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Cognitive and affective processing of social exclusion in borderline personality disorder and social anxiety disorder.

Research paper by Lea L Gutz, Stefan S Roepke, Babette B Renneberg

Indexed on: 13 Sep '16Published on: 13 Sep '16Published in: Behaviour Research and Therapy



Abstract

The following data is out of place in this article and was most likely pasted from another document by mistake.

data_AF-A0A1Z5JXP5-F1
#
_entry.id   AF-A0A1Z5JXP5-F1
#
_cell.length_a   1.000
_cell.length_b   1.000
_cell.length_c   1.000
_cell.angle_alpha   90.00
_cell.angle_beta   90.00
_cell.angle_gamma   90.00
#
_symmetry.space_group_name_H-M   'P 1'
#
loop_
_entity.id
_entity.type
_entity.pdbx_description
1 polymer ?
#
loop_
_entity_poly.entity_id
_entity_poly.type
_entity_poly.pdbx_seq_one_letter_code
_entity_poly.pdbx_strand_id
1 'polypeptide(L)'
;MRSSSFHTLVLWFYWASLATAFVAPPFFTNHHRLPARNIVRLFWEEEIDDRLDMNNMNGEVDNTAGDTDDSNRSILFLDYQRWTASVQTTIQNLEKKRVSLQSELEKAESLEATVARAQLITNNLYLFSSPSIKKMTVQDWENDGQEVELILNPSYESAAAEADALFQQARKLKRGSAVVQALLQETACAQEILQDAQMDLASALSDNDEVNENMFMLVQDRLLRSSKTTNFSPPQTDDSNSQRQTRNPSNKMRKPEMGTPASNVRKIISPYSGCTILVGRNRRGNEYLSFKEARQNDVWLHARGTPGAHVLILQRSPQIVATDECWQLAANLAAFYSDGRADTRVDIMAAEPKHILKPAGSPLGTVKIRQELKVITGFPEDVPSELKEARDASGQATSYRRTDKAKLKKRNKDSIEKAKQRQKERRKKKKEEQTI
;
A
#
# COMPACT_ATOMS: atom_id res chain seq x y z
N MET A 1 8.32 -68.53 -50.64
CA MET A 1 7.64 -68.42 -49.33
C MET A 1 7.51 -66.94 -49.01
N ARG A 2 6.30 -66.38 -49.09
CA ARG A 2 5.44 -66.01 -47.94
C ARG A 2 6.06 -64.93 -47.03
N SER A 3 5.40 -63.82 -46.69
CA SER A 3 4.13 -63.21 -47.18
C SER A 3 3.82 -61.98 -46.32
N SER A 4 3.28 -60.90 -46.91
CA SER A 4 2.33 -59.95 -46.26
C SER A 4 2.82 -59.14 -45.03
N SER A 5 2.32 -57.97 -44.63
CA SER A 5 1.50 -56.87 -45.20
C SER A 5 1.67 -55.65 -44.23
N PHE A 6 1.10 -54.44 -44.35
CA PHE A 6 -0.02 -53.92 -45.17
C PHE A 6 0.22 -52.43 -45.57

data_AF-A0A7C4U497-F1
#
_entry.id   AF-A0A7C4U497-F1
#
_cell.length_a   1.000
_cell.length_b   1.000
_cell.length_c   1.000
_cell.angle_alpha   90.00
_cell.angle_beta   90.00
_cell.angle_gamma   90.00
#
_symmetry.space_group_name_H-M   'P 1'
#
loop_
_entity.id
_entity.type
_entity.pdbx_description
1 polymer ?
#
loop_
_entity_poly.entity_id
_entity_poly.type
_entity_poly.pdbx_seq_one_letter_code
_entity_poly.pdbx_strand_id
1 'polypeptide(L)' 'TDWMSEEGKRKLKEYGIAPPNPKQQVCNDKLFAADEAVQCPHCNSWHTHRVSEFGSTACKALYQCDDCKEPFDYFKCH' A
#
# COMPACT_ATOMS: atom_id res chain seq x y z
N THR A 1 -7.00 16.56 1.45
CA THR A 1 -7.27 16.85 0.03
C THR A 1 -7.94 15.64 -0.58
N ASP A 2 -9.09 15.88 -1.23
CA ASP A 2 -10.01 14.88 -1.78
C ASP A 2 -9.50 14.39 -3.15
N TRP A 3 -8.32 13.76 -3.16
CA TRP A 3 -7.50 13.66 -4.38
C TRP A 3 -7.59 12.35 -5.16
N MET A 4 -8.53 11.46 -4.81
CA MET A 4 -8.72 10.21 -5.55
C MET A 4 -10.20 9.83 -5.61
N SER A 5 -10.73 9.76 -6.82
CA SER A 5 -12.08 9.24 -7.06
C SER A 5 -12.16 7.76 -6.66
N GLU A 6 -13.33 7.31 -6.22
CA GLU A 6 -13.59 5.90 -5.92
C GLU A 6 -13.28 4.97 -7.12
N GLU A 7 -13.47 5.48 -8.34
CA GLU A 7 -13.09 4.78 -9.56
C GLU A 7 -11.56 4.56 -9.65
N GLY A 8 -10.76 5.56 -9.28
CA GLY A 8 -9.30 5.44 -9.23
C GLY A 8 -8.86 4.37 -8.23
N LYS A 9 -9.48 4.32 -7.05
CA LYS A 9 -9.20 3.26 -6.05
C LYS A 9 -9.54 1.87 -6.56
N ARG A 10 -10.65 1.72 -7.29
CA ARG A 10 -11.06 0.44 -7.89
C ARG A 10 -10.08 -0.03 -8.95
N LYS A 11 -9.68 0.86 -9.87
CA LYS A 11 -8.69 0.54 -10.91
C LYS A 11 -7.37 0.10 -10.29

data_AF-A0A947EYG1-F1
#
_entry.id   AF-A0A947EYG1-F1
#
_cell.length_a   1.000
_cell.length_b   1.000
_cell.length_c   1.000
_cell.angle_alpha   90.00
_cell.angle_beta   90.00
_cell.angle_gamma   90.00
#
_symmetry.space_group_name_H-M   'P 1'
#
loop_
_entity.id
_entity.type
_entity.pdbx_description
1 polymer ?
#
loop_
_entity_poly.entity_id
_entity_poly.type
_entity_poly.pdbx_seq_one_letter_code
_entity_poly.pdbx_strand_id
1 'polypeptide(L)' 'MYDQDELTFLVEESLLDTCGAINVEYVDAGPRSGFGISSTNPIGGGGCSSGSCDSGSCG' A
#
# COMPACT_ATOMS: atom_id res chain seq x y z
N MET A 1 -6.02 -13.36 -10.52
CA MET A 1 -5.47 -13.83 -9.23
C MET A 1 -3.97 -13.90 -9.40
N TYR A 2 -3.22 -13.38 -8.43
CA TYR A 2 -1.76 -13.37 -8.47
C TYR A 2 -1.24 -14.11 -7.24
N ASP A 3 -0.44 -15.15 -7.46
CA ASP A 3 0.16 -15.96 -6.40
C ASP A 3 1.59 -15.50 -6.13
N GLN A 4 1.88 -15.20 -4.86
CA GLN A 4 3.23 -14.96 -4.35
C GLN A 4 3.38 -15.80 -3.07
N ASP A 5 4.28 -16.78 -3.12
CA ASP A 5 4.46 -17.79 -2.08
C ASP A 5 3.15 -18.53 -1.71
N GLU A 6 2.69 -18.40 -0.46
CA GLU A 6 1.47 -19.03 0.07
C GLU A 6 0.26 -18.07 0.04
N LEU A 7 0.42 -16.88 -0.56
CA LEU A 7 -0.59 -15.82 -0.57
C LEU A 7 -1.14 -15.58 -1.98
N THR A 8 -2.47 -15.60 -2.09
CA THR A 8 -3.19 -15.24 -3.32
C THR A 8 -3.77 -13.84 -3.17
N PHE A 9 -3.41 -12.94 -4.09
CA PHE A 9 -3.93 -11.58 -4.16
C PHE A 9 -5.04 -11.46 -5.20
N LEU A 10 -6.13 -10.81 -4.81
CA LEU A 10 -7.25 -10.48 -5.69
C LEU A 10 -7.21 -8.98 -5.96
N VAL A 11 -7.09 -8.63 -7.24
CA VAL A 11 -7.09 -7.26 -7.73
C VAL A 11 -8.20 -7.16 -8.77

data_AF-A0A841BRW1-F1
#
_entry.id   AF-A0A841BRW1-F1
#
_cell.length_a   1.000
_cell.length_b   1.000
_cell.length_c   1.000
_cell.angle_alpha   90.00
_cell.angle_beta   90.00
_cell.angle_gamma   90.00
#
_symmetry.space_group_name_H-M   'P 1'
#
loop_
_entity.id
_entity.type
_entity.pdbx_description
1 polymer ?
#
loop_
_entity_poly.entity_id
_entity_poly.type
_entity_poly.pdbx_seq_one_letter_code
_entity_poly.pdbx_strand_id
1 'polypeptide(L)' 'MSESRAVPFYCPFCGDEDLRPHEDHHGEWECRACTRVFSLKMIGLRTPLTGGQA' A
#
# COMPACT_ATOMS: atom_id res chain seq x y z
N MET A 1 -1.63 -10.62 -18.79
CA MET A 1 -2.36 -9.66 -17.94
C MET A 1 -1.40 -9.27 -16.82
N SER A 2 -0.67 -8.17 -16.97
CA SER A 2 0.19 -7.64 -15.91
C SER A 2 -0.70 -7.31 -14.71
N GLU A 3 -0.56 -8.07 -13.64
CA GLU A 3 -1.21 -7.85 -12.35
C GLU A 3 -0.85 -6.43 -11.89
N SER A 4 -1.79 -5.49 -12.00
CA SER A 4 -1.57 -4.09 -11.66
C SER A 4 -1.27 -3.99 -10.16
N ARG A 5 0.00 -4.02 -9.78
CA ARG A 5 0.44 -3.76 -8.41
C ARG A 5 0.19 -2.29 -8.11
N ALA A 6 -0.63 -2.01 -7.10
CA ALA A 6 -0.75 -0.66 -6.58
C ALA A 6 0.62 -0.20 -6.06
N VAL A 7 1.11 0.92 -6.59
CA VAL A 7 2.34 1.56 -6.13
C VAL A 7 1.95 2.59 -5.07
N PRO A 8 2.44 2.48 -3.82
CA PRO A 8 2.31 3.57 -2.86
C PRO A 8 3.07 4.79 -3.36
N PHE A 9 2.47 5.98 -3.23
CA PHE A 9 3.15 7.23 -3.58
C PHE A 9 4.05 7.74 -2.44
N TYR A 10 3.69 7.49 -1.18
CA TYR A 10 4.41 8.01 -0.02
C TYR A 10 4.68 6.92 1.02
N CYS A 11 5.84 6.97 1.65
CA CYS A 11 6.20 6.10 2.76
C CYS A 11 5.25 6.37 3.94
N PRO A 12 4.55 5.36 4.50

Causal attributions of social events are crucial for understanding emotional responses. Aim of the study was to identify appraisal processes in response to social exclusion in borderline personality disorder (BPD) and social anxiety disorder (SAD). Twenty-five patients with BPD, 25 patients with SAD and 25 healthy controls played Cyberball, a virtual ball-tossing paradigm that experimentally induces social exclusion. Causal attributions, subjective feelings and action tendencies in response to social exclusion were assessed. Both clinical groups showed more internal attributions and less control attributions than the control group, reported a higher increase in self-focused negative emotions, along with more escape tendencies and less intent to engage in pleasant activities. But only the BPD group reported higher hostile-intent attributions and more aggressive action tendencies compared to healthy controls.